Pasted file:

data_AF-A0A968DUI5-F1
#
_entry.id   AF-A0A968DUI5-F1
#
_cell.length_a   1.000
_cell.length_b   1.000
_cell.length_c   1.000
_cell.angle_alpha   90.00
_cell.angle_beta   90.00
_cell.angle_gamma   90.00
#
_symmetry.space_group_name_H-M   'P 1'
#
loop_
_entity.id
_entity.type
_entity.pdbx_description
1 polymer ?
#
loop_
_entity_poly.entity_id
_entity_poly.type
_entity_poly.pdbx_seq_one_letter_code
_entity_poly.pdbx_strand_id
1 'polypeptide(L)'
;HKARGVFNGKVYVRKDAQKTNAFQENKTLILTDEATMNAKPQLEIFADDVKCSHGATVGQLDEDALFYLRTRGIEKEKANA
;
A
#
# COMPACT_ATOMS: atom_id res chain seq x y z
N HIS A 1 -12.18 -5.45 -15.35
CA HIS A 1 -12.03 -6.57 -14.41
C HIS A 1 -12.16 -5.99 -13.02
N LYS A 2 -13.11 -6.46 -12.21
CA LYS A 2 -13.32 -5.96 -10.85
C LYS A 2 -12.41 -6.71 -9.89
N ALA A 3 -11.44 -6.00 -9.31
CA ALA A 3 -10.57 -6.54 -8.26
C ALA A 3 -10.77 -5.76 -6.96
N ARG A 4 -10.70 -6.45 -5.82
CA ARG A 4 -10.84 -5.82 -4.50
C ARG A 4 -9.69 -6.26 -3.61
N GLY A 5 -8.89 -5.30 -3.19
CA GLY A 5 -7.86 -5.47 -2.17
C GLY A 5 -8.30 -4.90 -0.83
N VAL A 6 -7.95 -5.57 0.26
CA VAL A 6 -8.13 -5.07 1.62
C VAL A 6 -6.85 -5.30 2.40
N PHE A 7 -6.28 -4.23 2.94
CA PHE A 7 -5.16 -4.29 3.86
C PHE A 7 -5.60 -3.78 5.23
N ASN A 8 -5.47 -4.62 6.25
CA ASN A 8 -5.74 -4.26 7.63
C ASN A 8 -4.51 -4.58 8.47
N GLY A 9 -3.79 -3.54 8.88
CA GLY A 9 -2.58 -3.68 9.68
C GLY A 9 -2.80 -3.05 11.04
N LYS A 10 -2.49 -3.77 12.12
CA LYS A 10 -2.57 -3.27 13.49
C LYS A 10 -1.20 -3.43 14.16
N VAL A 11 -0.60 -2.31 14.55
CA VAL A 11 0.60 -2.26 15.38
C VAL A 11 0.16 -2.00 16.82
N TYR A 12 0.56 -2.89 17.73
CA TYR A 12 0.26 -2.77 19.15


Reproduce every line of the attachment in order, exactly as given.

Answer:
data_AF-A0A968DUI5-F1
#
_entry.id   AF-A0A968DUI5-F1
#
_cell.length_a   1.000
_cell.length_b   1.000
_cell.length_c   1.000
_cell.angle_alpha   90.00
_cell.angle_beta   90.00
_cell.angle_gamma   90.00
#
_symmetry.space_group_name_H-M   'P 1'
#
loop_
_entity.id
_entity.type
_entity.pdbx_description
1 polymer ?
#
loop_
_entity_poly.entity_id
_entity_poly.type
_entity_poly.pdbx_seq_one_letter_code
_entity_poly.pdbx_strand_id
1 'polypeptide(L)'
;HKARGVFNGKVYVRKDAQKTNAFQENKTLILTDEATMNAKPQLEIFADDVKCSHGATVGQLDEDALFYLRTRGIEKEKANA
;
A
#
# COMPACT_ATOMS: atom_id res chain seq x y z
N HIS A 1 -12.18 -5.45 -15.35
CA HIS A 1 -12.03 -6.57 -14.41
C HIS A 1 -12.16 -5.99 -13.02
N LYS A 2 -13.11 -6.46 -12.21
CA LYS A 2 -13.32 -5.96 -10.85
C LYS A 2 -12.41 -6.71 -9.89
N ALA A 3 -11.44 -6.00 -9.31
CA ALA A 3 -10.57 -6.54 -8.26
C ALA A 3 -10.77 -5.76 -6.96
N ARG A 4 -10.70 -6.45 -5.82
CA ARG A 4 -10.84 -5.82 -4.50
C ARG A 4 -9.69 -6.26 -3.61
N GLY A 5 -8.89 -5.30 -3.19
CA GLY A 5 -7.86 -5.47 -2.17
C GLY A 5 -8.30 -4.90 -0.83
N VAL A 6 -7.95 -5.57 0.26
CA VAL A 6 -8.13 -5.07 1.62
C VAL A 6 -6.85 -5.30 2.40
N PHE A 7 -6.28 -4.23 2.94
CA PHE A 7 -5.16 -4.29 3.86
C PHE A 7 -5.60 -3.78 5.23
N ASN A 8 -5.47 -4.62 6.25
CA ASN A 8 -5.74 -4.26 7.63
C ASN A 8 -4.51 -4.58 8.47
N GLY A 9 -3.79 -3.54 8.88
CA GLY A 9 -2.58 -3.68 9.68
C GLY A 9 -2.80 -3.05 11.04
N LYS A 10 -2.49 -3.77 12.12
CA LYS A 10 -2.57 -3.27 13.49
C LYS A 10 -1.20 -3.43 14.16
N VAL A 11 -0.60 -2.31 14.55
CA VAL A 11 0.60 -2.26 15.38
C VAL A 11 0.16 -2.00 16.82
N TYR A 12 0.56 -2.89 17.73
CA TYR A 12 0.26 -2.77 19.15